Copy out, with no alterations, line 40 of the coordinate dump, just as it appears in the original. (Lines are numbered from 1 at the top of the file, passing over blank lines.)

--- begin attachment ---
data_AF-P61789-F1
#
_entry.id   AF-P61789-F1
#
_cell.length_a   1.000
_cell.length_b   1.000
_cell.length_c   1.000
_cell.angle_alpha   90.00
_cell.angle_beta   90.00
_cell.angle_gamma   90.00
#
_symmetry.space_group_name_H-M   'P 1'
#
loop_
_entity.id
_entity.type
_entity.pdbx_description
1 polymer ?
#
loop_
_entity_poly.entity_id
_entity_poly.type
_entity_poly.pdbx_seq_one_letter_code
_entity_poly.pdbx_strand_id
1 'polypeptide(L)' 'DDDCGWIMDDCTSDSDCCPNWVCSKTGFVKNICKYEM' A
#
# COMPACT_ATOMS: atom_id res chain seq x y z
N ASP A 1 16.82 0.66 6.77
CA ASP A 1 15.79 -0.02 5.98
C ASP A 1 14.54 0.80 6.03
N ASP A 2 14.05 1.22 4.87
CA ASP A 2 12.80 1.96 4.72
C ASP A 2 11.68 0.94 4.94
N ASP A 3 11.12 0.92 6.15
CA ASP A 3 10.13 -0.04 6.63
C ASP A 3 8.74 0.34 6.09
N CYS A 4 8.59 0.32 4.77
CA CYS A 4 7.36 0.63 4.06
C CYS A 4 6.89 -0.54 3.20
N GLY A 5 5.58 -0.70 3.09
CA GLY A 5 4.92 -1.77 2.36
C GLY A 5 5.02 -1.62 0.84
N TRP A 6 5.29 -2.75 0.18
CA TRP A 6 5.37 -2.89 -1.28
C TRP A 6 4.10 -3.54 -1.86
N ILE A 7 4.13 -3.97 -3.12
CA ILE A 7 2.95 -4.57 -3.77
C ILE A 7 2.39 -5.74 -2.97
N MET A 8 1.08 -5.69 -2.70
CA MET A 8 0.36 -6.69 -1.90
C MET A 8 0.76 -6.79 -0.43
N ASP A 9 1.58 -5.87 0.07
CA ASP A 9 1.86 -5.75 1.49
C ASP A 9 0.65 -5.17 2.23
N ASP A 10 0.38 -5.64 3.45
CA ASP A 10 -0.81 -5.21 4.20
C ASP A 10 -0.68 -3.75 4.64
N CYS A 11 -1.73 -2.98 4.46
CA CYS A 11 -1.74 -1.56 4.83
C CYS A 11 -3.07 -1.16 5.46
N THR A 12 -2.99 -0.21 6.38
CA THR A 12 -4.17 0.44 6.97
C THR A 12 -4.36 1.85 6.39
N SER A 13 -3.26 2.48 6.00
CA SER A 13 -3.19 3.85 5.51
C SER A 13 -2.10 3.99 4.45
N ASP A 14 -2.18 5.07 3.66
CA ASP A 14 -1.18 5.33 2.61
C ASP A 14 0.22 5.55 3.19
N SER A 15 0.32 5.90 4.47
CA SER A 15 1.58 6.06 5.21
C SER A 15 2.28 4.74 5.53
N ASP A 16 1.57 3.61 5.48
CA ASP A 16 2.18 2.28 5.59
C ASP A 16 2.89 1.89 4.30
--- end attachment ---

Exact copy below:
N GLY A 5 5.58 -0.70 3.09